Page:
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Aboriginal Arts & Stories - Echoes of Tamarack

Echoes of Tamarack

2007 - Writing Winner

Gummy sap seeps from its bark and tastes delicious on our tongues. Its roots are used to bind and tie together. Inner bark cleanses and purifies moving our inner worlds.

Read Candace Brunette's Echoes of Tamarack

Candace Brunette

Toronto, ON
Age 29

Author's Statement

Candace Brunette is a 29-year old woman of Omushkego Cree and French Canadian ancestry. She was born and raised in northern Ontario - a place where the stories of her ancestors continue to live beneath the landscape she calls home. Candace is an emerging Indigenous female artist - poet and playwright who aims to privilege the body in her writing process. Candace recently presented her second play a work-in-progress entitled 'Old Truck' at the Weesageechuk Festival in Toronto. She is also a graduate student at the University of Toronto where she is currently enroled in the Masters of Arts program in the Faculty of Education. Candace wishes to conduct her research in Aboriginal context focusing on decolonizing the body and somatic education (learning through the body).

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Echoes of Tamarack

The persistence of memory lies in survival.
In a moment where stillness and silence
give voice to warm soft winds blowing
whispering words that guide craftsman to listen.

Today locals exhibit tiny treasures
carefully laid out on portable folding tables
set up in anticipation for the 4 o’clock train.

Across the gravel road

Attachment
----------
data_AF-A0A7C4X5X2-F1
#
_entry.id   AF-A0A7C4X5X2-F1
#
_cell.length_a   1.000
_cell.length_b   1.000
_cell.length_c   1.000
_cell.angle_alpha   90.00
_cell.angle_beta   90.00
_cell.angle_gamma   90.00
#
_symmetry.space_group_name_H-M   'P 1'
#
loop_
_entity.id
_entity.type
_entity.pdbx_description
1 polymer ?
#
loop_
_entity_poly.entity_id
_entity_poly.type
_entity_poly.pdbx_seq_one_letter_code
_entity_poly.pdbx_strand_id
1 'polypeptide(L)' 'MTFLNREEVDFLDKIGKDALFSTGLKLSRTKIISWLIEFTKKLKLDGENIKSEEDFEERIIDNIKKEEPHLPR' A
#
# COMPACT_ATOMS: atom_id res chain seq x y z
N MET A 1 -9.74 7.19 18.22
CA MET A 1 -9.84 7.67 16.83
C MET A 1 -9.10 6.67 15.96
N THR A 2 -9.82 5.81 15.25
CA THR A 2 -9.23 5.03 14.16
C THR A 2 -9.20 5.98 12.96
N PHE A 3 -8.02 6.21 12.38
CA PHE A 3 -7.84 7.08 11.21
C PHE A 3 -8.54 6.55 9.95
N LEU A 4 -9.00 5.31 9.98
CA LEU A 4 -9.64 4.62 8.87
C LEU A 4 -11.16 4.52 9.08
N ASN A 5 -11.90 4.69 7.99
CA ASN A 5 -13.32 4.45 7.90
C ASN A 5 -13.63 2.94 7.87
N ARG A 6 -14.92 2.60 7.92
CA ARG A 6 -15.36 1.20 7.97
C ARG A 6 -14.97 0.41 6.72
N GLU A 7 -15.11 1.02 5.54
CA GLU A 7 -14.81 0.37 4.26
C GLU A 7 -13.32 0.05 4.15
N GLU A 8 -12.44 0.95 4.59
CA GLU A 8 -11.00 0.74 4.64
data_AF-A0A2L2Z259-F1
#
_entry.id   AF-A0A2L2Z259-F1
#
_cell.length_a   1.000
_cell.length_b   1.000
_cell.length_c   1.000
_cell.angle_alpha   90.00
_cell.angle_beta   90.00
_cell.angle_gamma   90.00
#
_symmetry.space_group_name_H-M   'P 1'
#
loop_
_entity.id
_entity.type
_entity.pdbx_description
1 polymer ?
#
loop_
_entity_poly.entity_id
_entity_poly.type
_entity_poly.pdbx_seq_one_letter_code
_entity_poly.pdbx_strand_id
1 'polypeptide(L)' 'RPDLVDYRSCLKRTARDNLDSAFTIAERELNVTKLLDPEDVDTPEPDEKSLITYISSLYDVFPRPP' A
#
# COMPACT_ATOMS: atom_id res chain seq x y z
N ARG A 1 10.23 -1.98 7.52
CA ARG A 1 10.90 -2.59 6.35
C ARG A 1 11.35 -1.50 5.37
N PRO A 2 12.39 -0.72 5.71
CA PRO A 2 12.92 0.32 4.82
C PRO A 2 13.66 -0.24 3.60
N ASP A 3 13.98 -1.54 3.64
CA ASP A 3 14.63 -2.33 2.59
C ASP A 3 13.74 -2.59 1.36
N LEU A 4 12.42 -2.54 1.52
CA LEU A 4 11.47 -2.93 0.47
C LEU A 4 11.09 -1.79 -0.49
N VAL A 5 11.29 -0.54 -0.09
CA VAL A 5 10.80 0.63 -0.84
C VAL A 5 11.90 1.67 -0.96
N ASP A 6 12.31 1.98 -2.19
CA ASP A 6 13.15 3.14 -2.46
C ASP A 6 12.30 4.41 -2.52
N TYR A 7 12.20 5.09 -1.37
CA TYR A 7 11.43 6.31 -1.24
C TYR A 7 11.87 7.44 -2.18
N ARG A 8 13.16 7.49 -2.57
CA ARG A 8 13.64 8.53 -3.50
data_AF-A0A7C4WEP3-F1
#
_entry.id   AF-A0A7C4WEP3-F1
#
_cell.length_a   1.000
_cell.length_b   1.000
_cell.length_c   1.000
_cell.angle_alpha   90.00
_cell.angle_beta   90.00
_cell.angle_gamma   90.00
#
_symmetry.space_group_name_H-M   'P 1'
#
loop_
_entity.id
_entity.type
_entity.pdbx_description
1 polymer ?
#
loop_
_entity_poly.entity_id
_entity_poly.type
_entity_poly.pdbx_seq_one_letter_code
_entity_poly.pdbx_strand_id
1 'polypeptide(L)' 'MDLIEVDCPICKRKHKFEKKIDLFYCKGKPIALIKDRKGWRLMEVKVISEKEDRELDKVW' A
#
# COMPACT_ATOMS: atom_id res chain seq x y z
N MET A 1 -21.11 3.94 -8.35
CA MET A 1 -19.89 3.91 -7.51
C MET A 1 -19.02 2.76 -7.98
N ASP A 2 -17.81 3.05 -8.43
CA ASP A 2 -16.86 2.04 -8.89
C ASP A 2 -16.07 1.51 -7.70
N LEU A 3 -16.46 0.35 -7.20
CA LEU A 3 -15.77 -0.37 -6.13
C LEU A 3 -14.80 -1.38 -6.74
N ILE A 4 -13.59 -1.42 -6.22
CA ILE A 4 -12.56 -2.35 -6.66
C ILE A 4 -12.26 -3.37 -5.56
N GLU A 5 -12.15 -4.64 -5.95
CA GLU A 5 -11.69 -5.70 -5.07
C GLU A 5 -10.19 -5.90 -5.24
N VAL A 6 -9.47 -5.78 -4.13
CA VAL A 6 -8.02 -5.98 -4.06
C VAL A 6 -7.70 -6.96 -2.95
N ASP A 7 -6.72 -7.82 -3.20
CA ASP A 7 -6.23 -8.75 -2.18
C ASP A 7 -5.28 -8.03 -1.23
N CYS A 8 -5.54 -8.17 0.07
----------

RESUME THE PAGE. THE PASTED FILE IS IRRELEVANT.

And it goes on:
water taxis transport people
boarding at the clay banks
bringing back and forth
from island to mainland.

The moisture in the air
releases vapors from its oily pores
woody musk like scents
surface in the wind

Aromas persuade us to notice
its burnt orange and russet brown tones
highlighted by the rays of the sun.

These swamp babies are gathered seasonally
when branches shed deciduous pine needles
revealing scaly egg like cones.

Gummy sap seeps from its bark
and tastes delicious on our tongues.
Its roots are used to bind and tie together.
Inner bark cleanses and purifies
moving our inner worlds.

These bunches of tamarack branches
are fused together
telling stories of survival
past and present
forming miniature bird like creatures
with no wings to fly.

Across the craft table
tourists admire them
imagining the pretend birds
as decoration in their lavish homes
soaring from their ceilings
nestled on their coffee tables.

They imagine them
even though yesterday
tamarack birds were used
as life size decoys to hunt.

Today
they still feed our families.

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